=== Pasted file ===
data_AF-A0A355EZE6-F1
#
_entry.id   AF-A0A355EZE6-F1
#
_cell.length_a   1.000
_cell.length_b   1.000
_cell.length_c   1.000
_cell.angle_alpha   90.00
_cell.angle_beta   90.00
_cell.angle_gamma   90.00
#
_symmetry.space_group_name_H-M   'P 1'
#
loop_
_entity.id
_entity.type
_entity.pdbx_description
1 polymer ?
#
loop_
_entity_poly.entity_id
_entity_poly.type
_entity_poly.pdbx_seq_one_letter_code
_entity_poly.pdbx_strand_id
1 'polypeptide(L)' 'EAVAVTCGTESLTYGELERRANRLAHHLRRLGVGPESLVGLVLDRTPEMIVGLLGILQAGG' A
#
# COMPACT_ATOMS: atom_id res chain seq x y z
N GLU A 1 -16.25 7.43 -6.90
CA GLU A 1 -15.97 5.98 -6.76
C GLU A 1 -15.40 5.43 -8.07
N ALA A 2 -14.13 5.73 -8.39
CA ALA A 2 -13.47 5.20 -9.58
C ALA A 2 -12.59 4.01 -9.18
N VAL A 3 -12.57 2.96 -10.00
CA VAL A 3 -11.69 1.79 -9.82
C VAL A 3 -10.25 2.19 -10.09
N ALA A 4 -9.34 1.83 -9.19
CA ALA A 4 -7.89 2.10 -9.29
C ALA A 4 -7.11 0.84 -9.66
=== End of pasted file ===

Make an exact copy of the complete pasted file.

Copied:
data_AF-A0A355EZE6-F1
#
_entry.id   AF-A0A355EZE6-F1
#
_cell.length_a   1.000
_cell.length_b   1.000
_cell.length_c   1.000
_cell.angle_alpha   90.00
_cell.angle_beta   90.00
_cell.angle_gamma   90.00
#
_symmetry.space_group_name_H-M   'P 1'
#
loop_
_entity.id
_entity.type
_entity.pdbx_description
1 polymer ?
#
loop_
_entity_poly.entity_id
_entity_poly.type
_entity_poly.pdbx_seq_one_letter_code
_entity_poly.pdbx_strand_id
1 'polypeptide(L)' 'EAVAVTCGTESLTYGELERRANRLAHHLRRLGVGPESLVGLVLDRTPEMIVGLLGILQAGG' A
#
# COMPACT_ATOMS: atom_id res chain seq x y z
N GLU A 1 -16.25 7.43 -6.90
CA GLU A 1 -15.97 5.98 -6.76
C GLU A 1 -15.40 5.43 -8.07
N ALA A 2 -14.13 5.73 -8.39
CA ALA A 2 -13.47 5.20 -9.58
C ALA A 2 -12.59 4.01 -9.18
N VAL A 3 -12.57 2.96 -10.00
CA VAL A 3 -11.69 1.79 -9.82
C VAL A 3 -10.25 2.19 -10.09
N ALA A 4 -9.34 1.83 -9.19
CA ALA A 4 -7.89 2.10 -9.29
C ALA A 4 -7.11 0.84 -9.66